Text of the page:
Scientists identify critical enzyme in healthy heart function

Feb 19, 2010

Scientists are reporting the first-ever data to show that the enzyme calcineurin is critical in controlling normal development and function of heart cells, and that loss of the protein leads to heart problems and death in genetically modified mice.

Published Feb. 26 in the as the paper of the week, and posted online Feb. 19, the research was led by scientists at Cincinnati Children's Hospital Medical Center and the Howard Hughes Medical Institute.

The study demonstrates that calcineurin in hearts of mice is directly linked to proper cardiac muscle contraction, rhythm and maintenance of heart activity. The near total absence of calcineurin in mice leads to heart arrhythmia, failure and death, according to the research team.

Scientists knew previously that calcineurin is important to , but the extent of its role had not been defined prior to the current study. Although the research involved mice, it offers important insights for future studies that could lead to new approaches in diagnosis and treatment of heart patients, said Marjorie Maillet, Ph.D., the study's first author.

"We found that when you eliminate calcineurin, a pool of genes that regulates calcium in the heart went awry. This leads to defects in the growth and proliferation of , heart disease, arrhythmia, loss of contractility and and disease," said Dr. Maillet.

Calcium is also important to cardiac growth and the contraction of . Previous studies have linked abnormalities in calcium handling to , especially in adults. In mice genetically bred for calcineurin deficiency, the researchers saw that this deficiency causes a dramatic reduction in the expression of genes that coordinately regulate calcium-handling and contraction.

The scientists also report a newly identified "feed-forward" mechanism, in which the direct activation of calcineurin by calcium augments the expression of genes that regulate calcium-handling proteins in the heart.

Dr. Maillet works in the laboratory of the study's senior investigator, Jeffery Molkentin, Ph.D., a researcher in the division of Molecular Cardiovascular Biology at Cincinnati Children's and a Howard Hughes Medical Institute Investigator. Dr. Molkentin's laboratory and division are also part of the Cincinnati Children's Heart Institute.

Also collaborating on the study were researchers from the University Paris-Sud, Châtenay-Malabry, France and the department of Molecular and Cellular Physiology at the University of Cincinnati College of Medicine.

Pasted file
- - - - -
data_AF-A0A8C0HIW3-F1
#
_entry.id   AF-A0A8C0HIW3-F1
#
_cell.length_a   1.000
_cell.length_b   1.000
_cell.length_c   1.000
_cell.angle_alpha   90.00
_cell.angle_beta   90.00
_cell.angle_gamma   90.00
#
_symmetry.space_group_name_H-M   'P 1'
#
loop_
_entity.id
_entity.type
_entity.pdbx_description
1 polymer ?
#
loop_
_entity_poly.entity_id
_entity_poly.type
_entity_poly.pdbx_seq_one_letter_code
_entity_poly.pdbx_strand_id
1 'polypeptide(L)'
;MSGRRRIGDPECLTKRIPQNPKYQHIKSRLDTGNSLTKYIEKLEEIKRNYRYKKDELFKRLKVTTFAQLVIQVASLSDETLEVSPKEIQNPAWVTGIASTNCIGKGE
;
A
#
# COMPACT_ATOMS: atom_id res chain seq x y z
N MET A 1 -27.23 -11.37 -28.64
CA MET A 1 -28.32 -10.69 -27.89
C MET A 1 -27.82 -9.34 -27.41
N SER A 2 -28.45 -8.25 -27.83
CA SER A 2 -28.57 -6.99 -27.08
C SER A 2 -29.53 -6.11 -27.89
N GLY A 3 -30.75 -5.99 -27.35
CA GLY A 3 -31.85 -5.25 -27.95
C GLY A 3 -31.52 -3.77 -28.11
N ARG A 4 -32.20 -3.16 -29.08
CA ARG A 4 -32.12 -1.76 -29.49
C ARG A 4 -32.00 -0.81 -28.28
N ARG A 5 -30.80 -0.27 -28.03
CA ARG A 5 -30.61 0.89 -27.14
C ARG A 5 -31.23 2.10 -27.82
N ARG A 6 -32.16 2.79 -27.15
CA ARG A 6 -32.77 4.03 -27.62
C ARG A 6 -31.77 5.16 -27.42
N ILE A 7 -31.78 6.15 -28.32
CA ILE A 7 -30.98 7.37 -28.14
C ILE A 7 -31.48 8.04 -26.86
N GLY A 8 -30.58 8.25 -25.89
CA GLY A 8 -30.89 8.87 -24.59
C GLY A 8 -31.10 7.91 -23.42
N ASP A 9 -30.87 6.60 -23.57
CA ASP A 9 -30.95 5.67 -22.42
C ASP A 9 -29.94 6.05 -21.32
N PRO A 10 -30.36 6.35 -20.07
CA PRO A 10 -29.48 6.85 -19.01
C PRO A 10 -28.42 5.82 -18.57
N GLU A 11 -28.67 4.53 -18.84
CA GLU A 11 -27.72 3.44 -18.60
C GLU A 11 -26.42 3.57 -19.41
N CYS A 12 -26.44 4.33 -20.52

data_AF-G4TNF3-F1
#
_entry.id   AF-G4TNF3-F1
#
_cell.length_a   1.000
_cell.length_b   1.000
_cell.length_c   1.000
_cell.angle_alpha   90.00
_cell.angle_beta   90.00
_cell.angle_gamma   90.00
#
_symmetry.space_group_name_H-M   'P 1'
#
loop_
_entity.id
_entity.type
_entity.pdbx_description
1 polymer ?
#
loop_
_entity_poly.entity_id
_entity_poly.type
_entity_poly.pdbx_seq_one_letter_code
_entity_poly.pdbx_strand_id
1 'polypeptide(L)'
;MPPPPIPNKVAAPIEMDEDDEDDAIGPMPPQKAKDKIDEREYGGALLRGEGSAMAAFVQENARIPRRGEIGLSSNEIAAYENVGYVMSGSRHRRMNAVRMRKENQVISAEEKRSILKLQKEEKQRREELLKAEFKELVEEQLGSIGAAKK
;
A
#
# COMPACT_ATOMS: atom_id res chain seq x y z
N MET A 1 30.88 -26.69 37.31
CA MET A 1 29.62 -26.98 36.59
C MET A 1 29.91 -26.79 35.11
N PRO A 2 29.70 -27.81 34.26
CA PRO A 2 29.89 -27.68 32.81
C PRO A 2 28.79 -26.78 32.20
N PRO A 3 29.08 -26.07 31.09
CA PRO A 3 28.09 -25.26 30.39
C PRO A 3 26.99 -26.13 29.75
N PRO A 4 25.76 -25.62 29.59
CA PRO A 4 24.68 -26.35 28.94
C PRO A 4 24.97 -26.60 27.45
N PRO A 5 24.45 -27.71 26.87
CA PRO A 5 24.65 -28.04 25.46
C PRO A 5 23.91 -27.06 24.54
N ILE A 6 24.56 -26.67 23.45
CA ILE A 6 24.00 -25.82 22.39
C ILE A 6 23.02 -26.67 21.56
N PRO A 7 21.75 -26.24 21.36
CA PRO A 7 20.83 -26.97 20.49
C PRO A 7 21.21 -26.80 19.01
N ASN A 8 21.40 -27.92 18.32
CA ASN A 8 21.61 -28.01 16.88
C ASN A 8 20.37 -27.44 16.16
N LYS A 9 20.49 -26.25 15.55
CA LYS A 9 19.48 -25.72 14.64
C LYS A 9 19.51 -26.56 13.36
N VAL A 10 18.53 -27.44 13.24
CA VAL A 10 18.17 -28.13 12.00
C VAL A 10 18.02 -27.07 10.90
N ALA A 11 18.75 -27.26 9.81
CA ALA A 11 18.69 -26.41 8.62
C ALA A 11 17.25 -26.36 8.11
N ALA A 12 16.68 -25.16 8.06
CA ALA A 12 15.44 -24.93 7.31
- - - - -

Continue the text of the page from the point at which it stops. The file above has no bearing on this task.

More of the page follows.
Explore further: Selenium compounds boost immune system to fight against cancer

add to favorites email to friend print save as pdf

Related Stories

Protein identified that helps heart muscle contract

Feb 16, 2010

UCSF researchers have discovered that a protein called B1N1 is necessary for the heart to contract. The findings, published in the Feb. 16 issue of the open access journal PLoS Biology, shed light not only on what makes ...

Recommended for you

Molecules that came in handy for first life on Earth

Nov 24, 2014

For the first time, chemists have successfully produced amino acid-like molecules that all have the same 'handedness', from simple building blocks and in a single test tube. Could this be how life started. ...

Jumping hurdles in the RNA world

Nov 21, 2014

Astrobiologists have shown that the formation of RNA from prebiotic reactions may not be as problematic as scientists once thought.

User comments : 1

Adjust slider to filter visible comments by rank

Display comments: newest first

TrinaPhoenix
not rated yet Mar 15, 2010
Great article - thanks for posting.

For basic info on heart health, including simple self-assessment tests, I suggest visiting Abrazo Healthcare's cardiac services site: http://www.abrazo...iac.aspx

The information provided will be interesting and helpful for anyone looking to learn more about their own heart health.

Take care,
Tphoenix

Please sign in to add a comment. Registration is free, and takes less than a minute. Read more

Click here to reset your password.
Sign in to get notified via email when new comments are made.